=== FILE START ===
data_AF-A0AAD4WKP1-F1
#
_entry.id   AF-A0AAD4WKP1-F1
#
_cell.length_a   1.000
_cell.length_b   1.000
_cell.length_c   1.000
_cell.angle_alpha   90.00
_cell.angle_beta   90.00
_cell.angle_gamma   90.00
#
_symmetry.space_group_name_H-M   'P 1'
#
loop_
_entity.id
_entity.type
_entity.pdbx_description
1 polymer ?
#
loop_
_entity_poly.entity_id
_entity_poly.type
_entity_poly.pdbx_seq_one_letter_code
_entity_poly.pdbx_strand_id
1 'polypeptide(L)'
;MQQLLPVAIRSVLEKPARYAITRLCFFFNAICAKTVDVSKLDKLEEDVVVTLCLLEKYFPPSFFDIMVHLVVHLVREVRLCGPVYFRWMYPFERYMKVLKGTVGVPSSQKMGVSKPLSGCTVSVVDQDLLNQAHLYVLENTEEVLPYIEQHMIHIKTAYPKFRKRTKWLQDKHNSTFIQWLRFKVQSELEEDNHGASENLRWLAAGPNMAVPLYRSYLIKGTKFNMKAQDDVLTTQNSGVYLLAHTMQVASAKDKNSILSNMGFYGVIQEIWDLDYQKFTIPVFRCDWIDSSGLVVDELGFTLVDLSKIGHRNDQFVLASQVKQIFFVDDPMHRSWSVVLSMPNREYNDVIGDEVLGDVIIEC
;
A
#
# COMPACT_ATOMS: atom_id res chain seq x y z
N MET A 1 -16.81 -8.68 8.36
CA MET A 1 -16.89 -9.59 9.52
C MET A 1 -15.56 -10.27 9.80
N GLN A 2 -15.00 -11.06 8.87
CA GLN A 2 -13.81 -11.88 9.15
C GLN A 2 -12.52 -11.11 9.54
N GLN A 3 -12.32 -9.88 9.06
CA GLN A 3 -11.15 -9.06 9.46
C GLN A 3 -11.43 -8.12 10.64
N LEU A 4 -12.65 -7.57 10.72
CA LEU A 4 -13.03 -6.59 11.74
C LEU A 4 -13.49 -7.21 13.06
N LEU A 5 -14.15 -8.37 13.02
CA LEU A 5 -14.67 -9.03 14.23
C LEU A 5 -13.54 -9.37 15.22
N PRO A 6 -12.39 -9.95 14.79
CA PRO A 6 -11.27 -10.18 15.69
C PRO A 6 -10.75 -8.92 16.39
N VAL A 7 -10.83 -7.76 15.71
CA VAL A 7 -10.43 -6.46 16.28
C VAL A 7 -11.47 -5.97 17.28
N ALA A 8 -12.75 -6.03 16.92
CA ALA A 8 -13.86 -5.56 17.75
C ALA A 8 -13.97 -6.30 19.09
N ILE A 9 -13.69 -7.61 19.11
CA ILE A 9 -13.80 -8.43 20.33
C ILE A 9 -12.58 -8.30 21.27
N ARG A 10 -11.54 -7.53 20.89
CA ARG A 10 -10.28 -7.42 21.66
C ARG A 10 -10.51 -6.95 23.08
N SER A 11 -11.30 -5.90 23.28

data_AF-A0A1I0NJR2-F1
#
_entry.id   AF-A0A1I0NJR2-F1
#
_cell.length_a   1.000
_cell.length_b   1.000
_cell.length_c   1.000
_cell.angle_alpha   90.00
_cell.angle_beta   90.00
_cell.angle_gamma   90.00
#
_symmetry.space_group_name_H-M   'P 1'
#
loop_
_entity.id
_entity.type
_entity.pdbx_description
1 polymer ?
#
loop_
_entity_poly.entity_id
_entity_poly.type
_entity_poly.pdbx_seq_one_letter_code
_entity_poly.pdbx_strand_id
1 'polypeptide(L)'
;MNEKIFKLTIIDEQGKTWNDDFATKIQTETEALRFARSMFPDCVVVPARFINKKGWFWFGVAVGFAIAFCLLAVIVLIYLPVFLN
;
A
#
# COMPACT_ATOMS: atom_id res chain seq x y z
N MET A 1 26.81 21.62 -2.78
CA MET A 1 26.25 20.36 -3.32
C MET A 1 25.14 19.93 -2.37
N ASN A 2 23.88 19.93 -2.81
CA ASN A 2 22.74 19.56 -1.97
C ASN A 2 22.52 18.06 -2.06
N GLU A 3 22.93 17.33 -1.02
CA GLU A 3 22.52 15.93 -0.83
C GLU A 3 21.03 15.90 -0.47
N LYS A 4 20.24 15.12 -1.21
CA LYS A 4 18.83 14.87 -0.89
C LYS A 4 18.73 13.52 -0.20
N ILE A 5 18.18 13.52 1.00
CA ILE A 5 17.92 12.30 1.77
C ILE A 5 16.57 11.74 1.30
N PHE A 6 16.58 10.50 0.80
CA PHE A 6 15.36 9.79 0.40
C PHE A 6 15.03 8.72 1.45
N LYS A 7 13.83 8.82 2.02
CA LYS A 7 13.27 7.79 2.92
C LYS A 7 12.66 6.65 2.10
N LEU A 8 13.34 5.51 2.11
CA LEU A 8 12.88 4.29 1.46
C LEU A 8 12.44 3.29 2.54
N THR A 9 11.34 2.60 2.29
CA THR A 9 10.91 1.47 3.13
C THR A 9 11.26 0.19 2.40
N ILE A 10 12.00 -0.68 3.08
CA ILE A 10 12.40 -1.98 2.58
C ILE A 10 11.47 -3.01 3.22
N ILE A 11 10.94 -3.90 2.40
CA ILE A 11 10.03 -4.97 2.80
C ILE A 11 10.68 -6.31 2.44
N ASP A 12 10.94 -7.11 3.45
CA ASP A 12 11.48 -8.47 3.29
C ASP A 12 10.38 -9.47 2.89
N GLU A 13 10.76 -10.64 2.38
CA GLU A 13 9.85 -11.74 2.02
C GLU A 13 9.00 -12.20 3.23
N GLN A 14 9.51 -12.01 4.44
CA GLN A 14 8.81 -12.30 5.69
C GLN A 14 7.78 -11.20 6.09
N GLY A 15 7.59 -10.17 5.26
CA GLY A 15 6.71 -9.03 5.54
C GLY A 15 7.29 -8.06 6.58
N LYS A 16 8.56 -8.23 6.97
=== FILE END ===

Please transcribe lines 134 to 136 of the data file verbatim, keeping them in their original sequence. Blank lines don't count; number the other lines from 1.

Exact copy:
N GLY A 15 7.59 -10.17 5.26
CA GLY A 15 6.71 -9.03 5.54
C GLY A 15 7.29 -8.06 6.58